The first practical night vision systems were mounted on World War II tanks. With good reason; they were not exactly man-portable. Today, however, when we think of night vision systems, we generally don't think about vehicles.
Night vision systems in law enforcement are most common today on the helmets of tactical operators working to achieve an objective with stealth and surprise. They're also often seen in the hands of officers surveilling a location or a person or searching for someone lost in the woods. What is less known is that law enforcement vehicle operators, including helicopter pilots, often use night vision to enhance their capabilities.
There are two types of night vision commonly used in law enforcement aviation operations: light intensification and thermal systems. Light intensification systems are the tubed goggles that take small amounts of ambient light such as that from the stars and moon and amplify it to the point where you can see in the dark. Thermal systems use sensors to convert the temperature differential between objects and living things and their surroundings into visible images.
Guy Blocker, field applications and law enforcement business development manager for FLIR Systems, has long used and instructed others on how to use both types of night vision for both ground and air operations. He says flying a helicopter with night vision goggles (NVG) gives the pilot a better idea of what hazards including power lines and hillsides await in the dark.
Blocker, who piloted helicopters for the Army in some of the earliest NVG aviation programs, says the best night vision systems for pilots are dual tube goggles. "You need both eyes in the system so you are not getting mixed signals," he explains.
There are many benefits of a dual tube system for pilots, according to Blocker. These include depth perception and distance estimation. "When you have one eye in and one eye out, you are constantly second guessing yourself and that's not the time to be doing that."
In addition to safety, another reason that more and more law enforcement pilots are flying at night with NVG is stealth. Image intensification lets them fly in the dark, and it lets them use infrared spotlights not readily visible to the naked eye to light up targets on the ground. Blocker says that unless the suspect knows what to look for, he'll hear the helicopter but not see it.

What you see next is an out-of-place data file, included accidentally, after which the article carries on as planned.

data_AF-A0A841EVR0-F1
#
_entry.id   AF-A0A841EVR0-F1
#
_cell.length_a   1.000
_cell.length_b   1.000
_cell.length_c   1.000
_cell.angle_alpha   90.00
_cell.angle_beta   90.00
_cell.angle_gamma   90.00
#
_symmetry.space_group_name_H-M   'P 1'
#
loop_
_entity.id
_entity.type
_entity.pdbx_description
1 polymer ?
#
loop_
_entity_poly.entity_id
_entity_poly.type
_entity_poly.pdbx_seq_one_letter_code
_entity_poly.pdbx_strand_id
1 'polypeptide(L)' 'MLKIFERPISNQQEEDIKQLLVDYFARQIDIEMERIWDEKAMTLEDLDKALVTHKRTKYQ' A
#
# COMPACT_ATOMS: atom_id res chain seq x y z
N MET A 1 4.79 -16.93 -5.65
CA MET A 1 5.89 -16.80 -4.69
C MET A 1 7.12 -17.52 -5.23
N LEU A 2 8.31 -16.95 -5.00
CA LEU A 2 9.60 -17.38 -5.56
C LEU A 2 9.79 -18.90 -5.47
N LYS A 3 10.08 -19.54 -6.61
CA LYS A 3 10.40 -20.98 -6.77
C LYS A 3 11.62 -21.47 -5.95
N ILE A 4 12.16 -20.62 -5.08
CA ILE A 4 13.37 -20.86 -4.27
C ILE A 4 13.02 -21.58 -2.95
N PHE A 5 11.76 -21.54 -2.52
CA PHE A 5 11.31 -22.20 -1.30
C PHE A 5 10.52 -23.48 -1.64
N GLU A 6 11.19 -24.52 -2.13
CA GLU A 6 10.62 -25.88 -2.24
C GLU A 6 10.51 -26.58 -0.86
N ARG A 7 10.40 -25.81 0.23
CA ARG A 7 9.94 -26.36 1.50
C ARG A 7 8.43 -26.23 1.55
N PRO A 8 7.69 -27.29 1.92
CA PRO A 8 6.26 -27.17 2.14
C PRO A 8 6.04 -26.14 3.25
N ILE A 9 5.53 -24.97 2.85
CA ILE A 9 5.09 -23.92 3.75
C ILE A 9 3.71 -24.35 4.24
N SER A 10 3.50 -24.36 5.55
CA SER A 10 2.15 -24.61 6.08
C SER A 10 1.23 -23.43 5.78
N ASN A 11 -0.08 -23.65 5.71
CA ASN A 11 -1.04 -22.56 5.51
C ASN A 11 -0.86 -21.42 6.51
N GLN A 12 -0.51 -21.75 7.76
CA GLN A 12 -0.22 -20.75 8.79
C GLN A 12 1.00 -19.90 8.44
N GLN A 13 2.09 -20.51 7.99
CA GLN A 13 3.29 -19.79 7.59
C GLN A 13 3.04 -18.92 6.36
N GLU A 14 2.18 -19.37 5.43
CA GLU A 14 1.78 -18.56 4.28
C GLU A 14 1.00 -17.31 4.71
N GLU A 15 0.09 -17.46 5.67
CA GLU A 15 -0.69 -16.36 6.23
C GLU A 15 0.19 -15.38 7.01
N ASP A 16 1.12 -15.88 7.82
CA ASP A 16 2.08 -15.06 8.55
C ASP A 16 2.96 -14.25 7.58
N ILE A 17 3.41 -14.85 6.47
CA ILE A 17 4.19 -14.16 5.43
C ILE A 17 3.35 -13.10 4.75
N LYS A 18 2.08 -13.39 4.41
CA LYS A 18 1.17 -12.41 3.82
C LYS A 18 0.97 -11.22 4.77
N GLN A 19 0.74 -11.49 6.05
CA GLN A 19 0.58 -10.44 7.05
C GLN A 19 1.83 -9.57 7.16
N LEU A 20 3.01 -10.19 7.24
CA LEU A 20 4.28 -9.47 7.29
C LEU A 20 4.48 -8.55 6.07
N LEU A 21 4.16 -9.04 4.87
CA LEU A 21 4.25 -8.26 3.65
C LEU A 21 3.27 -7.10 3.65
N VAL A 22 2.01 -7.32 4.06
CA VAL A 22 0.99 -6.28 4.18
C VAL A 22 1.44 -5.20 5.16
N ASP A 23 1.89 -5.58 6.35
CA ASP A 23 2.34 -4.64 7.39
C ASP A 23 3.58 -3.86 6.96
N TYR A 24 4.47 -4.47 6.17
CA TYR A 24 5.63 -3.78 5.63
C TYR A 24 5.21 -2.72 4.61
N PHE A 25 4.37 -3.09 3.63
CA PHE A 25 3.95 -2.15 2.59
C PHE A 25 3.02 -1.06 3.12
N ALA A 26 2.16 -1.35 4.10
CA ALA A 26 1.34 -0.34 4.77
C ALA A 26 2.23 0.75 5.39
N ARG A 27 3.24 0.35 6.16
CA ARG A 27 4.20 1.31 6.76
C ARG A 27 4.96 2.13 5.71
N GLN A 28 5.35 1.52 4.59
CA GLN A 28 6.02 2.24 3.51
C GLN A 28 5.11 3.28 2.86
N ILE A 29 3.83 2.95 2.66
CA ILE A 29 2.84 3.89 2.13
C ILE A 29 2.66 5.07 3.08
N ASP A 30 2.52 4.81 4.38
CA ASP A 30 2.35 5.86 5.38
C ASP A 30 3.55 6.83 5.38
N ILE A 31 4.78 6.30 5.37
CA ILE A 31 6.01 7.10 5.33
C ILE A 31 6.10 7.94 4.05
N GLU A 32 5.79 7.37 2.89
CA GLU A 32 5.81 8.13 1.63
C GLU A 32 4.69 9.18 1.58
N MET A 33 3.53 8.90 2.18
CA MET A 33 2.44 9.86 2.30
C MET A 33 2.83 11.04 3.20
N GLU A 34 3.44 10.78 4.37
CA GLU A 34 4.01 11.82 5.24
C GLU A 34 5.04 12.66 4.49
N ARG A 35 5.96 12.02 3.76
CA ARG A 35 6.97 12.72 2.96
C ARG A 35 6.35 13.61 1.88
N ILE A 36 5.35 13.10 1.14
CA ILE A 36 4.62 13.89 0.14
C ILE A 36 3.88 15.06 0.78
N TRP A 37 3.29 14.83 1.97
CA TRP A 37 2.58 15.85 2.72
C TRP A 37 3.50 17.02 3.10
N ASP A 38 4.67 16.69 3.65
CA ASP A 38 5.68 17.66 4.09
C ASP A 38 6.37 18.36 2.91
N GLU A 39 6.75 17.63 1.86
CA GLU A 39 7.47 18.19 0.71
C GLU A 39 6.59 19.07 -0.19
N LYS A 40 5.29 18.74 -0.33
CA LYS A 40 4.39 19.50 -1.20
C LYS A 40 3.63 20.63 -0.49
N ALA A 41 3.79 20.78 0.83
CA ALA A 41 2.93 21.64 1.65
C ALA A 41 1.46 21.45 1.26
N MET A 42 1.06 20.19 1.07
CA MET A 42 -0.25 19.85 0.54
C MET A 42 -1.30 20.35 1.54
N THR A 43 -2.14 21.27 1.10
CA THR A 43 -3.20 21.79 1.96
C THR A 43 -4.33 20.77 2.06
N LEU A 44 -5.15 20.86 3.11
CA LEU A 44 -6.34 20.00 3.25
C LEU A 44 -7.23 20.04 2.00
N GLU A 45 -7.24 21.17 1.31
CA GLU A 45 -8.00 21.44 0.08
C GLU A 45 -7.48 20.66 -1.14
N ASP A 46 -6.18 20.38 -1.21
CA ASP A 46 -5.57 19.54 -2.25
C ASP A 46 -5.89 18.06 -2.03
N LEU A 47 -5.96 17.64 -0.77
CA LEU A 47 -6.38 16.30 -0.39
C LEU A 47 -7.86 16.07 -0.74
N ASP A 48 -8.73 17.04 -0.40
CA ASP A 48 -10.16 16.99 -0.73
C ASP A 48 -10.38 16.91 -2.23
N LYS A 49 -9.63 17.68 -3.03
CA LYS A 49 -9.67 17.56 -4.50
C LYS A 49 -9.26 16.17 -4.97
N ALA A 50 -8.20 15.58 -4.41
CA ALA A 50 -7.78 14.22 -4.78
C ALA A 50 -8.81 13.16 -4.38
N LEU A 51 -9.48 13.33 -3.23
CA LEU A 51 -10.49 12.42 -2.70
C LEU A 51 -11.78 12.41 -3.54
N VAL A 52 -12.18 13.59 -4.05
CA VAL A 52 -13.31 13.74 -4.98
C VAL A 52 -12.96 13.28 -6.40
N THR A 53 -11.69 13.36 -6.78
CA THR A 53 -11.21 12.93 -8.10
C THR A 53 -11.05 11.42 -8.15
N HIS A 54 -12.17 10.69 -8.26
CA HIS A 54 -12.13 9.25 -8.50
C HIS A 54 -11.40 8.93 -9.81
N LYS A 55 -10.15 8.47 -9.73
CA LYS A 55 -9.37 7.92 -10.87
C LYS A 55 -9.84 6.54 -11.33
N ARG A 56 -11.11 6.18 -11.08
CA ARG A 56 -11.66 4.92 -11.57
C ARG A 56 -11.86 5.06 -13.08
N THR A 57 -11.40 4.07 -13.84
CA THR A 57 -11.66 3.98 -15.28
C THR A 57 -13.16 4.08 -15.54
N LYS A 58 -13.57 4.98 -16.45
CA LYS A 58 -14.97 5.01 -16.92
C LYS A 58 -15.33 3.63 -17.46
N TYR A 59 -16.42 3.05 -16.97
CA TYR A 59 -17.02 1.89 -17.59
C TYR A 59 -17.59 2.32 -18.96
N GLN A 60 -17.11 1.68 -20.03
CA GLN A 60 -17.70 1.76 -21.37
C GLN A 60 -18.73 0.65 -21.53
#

Police aviation teams consist of a pilot and an observer working together. One of the jobs of the observer is to track the suspect on the ground using forward looking infrared (FLIR). One of the manufacturers of these systems is Blocker's employer, FLIR Systems.
The FLIR camera is usually mounted on a gimbal on the bottom of the helicopter, and the user inside the helicopter can maneuver the system to pinpoint the suspect on the ground. Blocker says the FLIR cameras on law enforcement helicopters have cooled systems and larger lenses that give them much greater capabilities than the smaller systems used on the ground. "You can pick out targets at a mile or two miles while orbiting at 2,000 feet," he explains.
On the Ground
Blocker says that in the same fashion that NVG are used to pilot helicopters at night they can also be used to drive ground vehicles. "You can turn off the lights and drive down the road as if your vehicle was illuminated by headlights," he says. Typical law enforcement applications for driving with NVG include SWAT operations that require stealth and game wardens searching for poachers. In addition to driving with NVG, officers often use night vision tools for surveillance from vehicles.
Although it cannot be used to operate the vehicle in the dark, thermal imaging is commonly used in vehicles during a wide variety of public safety operations, including search and rescue and evidence search (residual heat from a person's hand can be seen on the discarded object).
Mike Martin, president of MSM Public Safety, says thermal imaging can also be an excellent officer safety tool. MSM Public Safety is the largest U.S. distributor of the Noptic thermal surveillance system.
The Noptic system mounts onto a patrol vehicle spotlight and can alert officers to potential threats hidden in the night. Martin says the system ships with a spotlight head so that it can easily be installed on a vehicle spotlight platform for full pan and tilt operation. It also comes with a USB cable and software so that the patrol vehicle's computer can be used for viewing the images it captures.
Noptic can be used while the vehicle is stationary or while traveling at slow enough speed so the officer can glance at the computer screen. "That way you can sweep an area looking for a suspect," Martin says.
Optimal range for Noptic is 500 yards. But Martin says he has picked up faint signatures at half a mile. "If you can see it during the day, you can see it at night with Noptic," he says.
Because it is a thermal imager, Noptic can see threats or suspects hiding in greenery such as shrubs or even woods. "The tactical advantage of Noptic is it gives law enforcement professionals the ability to see heat signatures in the dark. You may not know if it's a threat, but you know someone is out there," he says.
Martin adds: "Noptic is such a powerful officer safety tool that many of my clients tell me they don't want to work in a patrol car that doesn't have one."
Editor's Note: David Griffith is executive editor of POLICE Magazine. This article originally appeared in the August issue of POLICE.